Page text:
Hopefully, this will not only grab but sustain short attention spans. IssueLab, in particular, is doing great things for the open education community and Lisa is especially apt at articulating exactly what that is and what they are aiming for.
Logo by Gabi Fitz | CC BY-NC-SA
ccLearn recently spoke with Lisa Brooks from IssueLab. Instead of crossing telephone lines (who does that anymore anyway?), I caught up with her via that archaic method of correspondence known as electronic mail…*
*Similarly archaic, but not outdated in coolness factor, are comics. The first comic issue of Inside OER is this same interview in comic form. Instead of the same-old and streamlined text with interspersed pictures, we decided to experiment. Let us know what you think! For those of you on hand-held devices (or a preference for just text), read on here. Read More…3 Comments »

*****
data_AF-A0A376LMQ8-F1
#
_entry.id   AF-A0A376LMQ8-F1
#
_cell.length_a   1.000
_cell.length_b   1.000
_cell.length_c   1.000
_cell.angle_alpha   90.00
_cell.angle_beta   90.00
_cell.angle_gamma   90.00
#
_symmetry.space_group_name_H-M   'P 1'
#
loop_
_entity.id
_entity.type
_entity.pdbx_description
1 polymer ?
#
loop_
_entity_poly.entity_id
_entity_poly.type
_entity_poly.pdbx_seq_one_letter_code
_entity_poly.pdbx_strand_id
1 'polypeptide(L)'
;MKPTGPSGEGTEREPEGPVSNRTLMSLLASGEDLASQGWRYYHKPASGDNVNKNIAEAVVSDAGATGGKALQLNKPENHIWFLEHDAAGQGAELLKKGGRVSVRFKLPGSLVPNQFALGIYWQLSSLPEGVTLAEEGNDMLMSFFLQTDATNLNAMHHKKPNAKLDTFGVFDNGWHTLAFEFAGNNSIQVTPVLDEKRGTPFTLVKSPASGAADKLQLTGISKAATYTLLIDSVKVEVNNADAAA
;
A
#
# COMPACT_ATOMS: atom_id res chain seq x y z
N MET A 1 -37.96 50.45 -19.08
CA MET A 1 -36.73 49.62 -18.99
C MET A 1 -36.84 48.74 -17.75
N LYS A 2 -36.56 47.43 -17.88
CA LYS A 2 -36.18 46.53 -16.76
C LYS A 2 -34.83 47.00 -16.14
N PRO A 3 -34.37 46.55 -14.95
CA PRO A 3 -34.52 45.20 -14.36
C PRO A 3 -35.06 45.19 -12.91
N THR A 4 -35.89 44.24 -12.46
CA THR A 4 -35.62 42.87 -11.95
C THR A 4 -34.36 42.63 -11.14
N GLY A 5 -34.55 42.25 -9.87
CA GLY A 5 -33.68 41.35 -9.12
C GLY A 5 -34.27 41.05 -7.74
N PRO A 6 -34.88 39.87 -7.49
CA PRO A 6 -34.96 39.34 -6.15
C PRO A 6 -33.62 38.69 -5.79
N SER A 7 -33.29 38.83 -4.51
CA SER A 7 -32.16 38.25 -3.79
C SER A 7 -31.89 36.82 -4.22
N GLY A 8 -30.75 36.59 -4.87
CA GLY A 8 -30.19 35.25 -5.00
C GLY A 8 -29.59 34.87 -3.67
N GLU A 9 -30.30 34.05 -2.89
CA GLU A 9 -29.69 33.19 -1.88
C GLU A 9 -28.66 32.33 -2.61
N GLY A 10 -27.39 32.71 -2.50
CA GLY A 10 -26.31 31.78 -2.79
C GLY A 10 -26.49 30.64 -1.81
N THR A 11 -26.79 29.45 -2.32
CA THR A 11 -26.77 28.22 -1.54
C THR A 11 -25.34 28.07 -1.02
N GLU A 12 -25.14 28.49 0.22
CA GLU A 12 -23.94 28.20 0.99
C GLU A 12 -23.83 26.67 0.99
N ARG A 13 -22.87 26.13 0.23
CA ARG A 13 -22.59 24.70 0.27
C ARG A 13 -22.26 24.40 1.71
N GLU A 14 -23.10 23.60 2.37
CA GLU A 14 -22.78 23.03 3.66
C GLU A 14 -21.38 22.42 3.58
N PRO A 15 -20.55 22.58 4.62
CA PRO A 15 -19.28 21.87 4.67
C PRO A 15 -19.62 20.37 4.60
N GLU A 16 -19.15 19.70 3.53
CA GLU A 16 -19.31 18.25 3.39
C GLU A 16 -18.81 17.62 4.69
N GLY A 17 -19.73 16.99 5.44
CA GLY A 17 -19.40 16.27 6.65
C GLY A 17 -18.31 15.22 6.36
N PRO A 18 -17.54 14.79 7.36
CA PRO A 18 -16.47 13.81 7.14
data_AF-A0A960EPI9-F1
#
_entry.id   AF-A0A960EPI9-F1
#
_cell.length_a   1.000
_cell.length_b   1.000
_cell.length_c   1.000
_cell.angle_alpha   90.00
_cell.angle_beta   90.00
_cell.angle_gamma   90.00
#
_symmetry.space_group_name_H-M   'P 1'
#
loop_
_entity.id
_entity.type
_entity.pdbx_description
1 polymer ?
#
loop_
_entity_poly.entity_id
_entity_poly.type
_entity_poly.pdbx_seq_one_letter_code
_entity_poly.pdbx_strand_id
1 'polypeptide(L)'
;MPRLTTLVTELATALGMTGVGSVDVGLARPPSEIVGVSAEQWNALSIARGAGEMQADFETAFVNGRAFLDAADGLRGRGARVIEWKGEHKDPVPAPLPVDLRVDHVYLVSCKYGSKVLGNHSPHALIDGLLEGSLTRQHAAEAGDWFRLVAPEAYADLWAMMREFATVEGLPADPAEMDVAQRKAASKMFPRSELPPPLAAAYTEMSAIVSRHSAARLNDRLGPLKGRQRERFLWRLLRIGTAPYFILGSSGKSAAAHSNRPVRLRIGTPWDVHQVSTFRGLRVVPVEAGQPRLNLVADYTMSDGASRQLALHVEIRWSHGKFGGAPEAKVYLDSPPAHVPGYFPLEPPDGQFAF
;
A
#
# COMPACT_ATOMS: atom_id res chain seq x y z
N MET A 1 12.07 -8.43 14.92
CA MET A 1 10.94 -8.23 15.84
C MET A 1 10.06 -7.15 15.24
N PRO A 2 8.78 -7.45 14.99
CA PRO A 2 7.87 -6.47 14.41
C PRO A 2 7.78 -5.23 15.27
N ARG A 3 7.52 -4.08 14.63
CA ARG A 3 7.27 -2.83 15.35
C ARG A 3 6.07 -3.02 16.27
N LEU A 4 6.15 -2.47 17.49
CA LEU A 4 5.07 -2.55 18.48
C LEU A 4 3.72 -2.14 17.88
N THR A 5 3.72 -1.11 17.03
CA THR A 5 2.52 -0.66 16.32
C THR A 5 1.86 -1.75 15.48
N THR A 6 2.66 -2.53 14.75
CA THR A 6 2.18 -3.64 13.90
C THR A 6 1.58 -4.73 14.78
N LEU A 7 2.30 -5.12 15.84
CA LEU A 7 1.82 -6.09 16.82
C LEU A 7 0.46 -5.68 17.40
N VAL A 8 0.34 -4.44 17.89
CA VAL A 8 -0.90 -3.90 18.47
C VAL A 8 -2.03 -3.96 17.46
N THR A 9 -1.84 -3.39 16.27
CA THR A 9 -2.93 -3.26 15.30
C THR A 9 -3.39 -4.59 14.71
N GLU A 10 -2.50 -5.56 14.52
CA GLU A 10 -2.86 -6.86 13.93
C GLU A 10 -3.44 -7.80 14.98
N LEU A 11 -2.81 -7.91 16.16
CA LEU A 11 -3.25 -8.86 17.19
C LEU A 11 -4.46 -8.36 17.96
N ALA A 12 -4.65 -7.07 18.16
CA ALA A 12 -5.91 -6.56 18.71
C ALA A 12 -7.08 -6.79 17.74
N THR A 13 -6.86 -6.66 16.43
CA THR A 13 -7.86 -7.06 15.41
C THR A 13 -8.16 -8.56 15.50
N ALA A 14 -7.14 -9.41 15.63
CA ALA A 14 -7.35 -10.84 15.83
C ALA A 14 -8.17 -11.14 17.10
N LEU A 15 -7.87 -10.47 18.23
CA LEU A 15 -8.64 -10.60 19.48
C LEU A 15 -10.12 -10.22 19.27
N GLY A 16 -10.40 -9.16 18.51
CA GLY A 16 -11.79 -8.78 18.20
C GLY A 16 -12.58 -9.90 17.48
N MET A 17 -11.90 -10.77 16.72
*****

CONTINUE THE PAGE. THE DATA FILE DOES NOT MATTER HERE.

Just a reminder that the Creative Commons Salon NYC / Official Open Video Conference Pre-party is happening Thursday night!
Here’s all the info:
June’s Salon will feature an in depth chat with Brett Gaylor, writer and director of RiP! A Remix Manifesto, a presentation by Erik Moeller, Deputy Director of the Wikimedia Foundation WMF on Wikipedia’s switch to Creative Commons licenses, and a live acoustic set from singer song writer Adam McHeffey.
Thursday, June 18th, from 7-10pm
For Your Imagination Loft
22 W. 27th St., 6th Floor
Between Broadway & 6th Ave.
New York, NY
We’ll have free (as in beer) beer for the reception afterward. If you’ve didn’t make it to any past CC Salons, don’t miss this one, and if you did, you’ll know to come early as space is limited.
RSVP to the event via Facebook or by e-mailing me: fred [at] creativecommons.org.Comments Off